The flagon with the dragon has the brew that is true!


Brethil
Half-elven


Oct 13 2013, 6:07pm

Post #25 of 77 (637 views)
Shortcut
Thanks Dweller! [In reply to] Can't Post


In Reply To

As I said in the essay, the interplay between physical possibility, probability, and suspension of disbelief often depends on the individual. Skyfall and Ghost Protocol broke the laws of physics and presented scenes that, while perhaps physically possible, were wildly improbable. Any physicist can tell you that "James Bond would be dead within the first 15 minutes of any of the movies." This doesn't prevent people from enjoying those films. The discussions we've had on this forum were not meant to change peoples' opinions, but rather to explain the physics and do a fair analysis. The overwhelming response to my essay was that people had learned something about the physics of free fall, and were thus in a better position to understand scenes like "Goblin Town". I hope that the same happens with "Barrels Out Of Bond".

As I said above, the analysis is intended to promote discussion. But if you say "I won't budge on that" and that the physics is "moot", what then is the point?




Agreed. I too hope to have some insights from DoS. AngelicCool

Subjectivity always has a place in perceptions. 100% true. I'm still happy and proud that we have people like you who can give us a professional insight into what we see. As Altaira rightly said, that's part of the pleasure of Geekdom. And I believe Darkstone at times sports a nice footer quote about the tragedy of fantasy lovers who become territorial (and thus didactically closed-minded): and thus rather miss the point of the genre.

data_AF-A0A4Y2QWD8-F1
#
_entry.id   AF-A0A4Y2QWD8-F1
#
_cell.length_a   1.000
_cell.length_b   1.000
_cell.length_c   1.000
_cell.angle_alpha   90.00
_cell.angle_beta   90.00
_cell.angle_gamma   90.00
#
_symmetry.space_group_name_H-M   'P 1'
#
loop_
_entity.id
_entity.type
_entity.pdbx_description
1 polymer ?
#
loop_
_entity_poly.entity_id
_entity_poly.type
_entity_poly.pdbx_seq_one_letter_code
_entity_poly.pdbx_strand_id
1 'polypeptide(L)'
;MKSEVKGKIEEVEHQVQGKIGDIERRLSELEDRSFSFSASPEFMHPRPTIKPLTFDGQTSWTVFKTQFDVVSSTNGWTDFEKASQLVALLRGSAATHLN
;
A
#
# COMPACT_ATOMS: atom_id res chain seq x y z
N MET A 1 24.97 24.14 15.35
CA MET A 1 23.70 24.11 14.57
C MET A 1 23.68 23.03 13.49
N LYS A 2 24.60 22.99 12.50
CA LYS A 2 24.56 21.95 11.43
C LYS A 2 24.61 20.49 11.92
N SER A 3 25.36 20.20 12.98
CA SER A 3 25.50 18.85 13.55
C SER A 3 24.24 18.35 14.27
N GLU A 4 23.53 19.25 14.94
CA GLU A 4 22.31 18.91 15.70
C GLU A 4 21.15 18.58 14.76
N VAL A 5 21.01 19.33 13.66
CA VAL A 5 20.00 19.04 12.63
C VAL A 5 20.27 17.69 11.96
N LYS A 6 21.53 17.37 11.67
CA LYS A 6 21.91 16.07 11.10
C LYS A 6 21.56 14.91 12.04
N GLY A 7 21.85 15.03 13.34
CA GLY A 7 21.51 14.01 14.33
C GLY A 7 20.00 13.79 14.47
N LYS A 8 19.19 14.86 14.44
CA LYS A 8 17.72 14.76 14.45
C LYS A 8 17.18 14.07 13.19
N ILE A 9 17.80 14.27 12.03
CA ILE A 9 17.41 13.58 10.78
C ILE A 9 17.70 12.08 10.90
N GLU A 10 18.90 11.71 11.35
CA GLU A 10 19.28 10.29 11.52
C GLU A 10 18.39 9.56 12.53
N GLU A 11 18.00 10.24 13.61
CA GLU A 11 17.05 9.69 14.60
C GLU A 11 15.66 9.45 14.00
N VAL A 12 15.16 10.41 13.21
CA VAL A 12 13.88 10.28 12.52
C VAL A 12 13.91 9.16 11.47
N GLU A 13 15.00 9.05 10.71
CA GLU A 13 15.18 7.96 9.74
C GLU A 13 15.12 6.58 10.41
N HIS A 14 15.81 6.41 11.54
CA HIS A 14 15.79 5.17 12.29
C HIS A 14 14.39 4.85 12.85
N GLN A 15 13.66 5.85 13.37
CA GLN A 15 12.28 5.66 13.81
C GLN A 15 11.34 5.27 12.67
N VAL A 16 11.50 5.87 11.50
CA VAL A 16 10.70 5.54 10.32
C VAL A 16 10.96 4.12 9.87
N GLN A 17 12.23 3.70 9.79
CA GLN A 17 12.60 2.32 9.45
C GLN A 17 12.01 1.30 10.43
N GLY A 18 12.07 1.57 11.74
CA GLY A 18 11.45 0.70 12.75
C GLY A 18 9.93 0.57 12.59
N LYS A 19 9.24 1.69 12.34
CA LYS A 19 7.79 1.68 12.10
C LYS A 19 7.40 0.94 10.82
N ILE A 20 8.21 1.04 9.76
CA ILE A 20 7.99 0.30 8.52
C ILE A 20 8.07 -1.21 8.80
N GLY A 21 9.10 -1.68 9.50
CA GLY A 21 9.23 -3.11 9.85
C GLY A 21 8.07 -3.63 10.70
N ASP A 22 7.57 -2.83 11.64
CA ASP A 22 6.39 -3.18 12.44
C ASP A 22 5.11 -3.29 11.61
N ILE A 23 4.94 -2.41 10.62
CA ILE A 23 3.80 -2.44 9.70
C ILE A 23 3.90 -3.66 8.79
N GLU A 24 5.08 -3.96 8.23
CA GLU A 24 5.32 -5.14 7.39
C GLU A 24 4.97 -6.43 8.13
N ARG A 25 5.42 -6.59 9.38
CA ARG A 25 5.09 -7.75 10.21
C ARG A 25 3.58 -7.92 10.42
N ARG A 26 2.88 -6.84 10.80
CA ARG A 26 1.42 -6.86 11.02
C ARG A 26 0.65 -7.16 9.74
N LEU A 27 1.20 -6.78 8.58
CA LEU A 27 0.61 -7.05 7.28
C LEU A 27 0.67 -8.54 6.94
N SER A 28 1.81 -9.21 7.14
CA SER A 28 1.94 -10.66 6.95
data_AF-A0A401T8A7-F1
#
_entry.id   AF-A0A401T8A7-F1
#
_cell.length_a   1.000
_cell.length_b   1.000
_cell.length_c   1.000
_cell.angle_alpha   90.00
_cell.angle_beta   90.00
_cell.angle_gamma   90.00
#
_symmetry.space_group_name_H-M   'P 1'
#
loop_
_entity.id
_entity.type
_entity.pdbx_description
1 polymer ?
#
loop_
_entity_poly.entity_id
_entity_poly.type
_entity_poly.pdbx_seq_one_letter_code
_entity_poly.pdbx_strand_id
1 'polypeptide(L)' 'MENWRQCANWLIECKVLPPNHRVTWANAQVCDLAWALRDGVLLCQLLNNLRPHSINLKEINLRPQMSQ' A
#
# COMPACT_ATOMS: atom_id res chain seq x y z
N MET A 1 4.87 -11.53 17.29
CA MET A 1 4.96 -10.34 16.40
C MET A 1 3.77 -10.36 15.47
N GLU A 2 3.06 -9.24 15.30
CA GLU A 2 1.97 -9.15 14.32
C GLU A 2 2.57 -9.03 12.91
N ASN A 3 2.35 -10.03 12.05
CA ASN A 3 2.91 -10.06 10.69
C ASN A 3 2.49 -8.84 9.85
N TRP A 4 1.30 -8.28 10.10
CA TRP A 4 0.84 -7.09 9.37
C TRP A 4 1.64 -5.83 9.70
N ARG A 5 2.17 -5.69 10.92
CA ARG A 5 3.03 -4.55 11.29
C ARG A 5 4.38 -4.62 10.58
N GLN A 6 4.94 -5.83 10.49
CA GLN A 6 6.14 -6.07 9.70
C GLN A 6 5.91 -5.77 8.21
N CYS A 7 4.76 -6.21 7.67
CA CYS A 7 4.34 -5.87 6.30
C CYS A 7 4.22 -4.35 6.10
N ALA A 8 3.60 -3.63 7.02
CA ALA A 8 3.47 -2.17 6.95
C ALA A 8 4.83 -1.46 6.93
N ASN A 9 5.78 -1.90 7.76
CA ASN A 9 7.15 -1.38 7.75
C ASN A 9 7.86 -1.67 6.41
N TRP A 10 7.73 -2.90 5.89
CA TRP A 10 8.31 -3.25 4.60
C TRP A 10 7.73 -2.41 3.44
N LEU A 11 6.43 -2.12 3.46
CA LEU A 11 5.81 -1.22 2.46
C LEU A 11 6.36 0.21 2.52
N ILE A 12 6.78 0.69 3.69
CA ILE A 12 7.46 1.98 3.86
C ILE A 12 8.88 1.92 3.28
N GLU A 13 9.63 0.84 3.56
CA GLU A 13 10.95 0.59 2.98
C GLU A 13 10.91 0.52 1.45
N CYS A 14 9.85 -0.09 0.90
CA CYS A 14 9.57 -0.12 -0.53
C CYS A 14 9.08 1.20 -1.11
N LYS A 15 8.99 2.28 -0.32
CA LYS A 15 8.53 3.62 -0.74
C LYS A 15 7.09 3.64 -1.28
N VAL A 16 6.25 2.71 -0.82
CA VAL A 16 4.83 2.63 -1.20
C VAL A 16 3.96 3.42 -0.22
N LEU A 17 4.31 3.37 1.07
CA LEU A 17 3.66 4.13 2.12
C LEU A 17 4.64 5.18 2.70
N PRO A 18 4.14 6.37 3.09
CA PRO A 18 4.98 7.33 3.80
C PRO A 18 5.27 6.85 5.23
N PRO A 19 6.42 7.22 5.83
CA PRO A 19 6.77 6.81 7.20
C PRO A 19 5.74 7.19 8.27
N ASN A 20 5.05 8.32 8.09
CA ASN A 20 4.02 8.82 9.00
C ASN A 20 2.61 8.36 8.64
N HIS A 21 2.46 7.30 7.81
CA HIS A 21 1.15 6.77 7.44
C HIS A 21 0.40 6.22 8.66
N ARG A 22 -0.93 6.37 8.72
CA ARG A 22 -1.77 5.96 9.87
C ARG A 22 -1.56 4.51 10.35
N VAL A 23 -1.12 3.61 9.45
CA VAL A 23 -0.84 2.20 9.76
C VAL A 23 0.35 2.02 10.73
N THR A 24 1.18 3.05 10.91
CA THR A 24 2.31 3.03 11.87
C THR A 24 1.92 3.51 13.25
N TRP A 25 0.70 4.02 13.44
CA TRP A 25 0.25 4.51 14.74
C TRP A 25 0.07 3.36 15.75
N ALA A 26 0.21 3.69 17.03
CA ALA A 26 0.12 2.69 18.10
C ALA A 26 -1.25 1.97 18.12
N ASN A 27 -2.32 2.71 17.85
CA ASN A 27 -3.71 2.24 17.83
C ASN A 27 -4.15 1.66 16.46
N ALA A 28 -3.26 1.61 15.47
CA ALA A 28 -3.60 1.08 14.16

I would never want that to happen here.

Is there a Tolkien topic that you have wanted to look into more deeply, and write about your thoughts on it? If so, we'd like to hear from you for the next TORn Amateur Symposium- coming in November. Happy writing!




First page Previous page 1 2 3 4 Next page Last page  View All
 
 

Search for (options) Powered by Gossamer Forum v.1.2.3

home | advertising | contact us | back to top | search news | join list | Content Rating

This site is maintained and updated by fans of The Lord of the Rings, and is in no way affiliated with Tolkien Enterprises or the Tolkien Estate. We in no way claim the artwork displayed to be our own. Copyrights and trademarks for the books, films, articles, and other promotional materials are held by their respective owners and their use is allowed under the fair use clause of the Copyright Law. Design and original photography however are copyright © 1999-2012 TheOneRing.net. Binary hosting provided by Nexcess.net

Do not follow this link, or your host will be blocked from this site. This is a spider trap.